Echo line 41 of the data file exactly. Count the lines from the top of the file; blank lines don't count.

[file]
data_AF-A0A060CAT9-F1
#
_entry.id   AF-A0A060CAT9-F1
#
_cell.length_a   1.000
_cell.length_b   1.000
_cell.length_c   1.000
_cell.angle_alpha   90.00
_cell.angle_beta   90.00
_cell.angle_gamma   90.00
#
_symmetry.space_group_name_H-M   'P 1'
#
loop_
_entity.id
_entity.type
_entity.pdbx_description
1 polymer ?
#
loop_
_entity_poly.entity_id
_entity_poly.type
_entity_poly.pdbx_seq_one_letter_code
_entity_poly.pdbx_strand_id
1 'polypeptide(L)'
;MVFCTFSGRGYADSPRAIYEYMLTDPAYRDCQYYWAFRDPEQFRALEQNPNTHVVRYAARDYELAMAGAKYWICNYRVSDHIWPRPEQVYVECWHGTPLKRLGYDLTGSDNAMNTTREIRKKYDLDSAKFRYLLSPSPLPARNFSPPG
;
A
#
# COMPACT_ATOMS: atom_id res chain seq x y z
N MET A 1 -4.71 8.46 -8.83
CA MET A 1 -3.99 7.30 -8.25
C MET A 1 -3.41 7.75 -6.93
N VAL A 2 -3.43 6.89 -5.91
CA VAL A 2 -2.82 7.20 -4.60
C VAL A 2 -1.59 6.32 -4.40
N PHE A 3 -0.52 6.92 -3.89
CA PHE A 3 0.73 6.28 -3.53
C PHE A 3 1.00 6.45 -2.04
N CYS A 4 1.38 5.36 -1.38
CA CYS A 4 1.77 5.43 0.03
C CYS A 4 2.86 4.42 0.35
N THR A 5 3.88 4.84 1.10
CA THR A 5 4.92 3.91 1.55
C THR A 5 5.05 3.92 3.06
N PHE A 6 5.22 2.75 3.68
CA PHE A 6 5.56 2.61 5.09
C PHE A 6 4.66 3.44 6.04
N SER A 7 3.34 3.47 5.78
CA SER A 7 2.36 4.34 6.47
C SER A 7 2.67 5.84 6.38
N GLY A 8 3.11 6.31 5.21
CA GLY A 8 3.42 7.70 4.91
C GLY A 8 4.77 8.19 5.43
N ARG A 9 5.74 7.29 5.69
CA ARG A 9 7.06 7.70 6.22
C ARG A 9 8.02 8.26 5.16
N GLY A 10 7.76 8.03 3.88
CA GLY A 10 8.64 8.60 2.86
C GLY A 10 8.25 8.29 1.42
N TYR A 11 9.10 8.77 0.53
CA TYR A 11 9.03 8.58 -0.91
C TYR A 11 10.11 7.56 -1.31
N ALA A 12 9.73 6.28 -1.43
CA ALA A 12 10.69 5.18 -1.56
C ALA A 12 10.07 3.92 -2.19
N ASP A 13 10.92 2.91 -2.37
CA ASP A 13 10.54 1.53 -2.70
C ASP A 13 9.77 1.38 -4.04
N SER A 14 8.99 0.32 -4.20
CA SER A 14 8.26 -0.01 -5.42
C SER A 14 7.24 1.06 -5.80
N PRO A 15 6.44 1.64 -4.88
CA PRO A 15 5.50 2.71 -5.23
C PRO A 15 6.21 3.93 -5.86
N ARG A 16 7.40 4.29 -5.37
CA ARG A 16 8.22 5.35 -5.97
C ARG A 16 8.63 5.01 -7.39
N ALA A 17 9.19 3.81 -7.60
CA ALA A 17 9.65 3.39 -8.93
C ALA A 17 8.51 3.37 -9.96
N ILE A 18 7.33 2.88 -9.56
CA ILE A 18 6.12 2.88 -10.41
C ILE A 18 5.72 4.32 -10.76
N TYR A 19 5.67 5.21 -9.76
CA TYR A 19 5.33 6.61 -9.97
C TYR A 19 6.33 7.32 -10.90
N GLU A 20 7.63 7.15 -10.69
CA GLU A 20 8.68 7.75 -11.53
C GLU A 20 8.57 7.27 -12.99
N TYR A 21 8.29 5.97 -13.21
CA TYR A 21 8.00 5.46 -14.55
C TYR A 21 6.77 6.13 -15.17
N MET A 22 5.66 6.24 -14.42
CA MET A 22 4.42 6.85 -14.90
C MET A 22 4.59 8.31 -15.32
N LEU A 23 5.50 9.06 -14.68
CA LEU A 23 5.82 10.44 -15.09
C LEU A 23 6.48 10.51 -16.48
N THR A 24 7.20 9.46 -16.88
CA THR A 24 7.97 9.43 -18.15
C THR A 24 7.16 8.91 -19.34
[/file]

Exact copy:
CA CYS A 4 1.77 5.43 0.03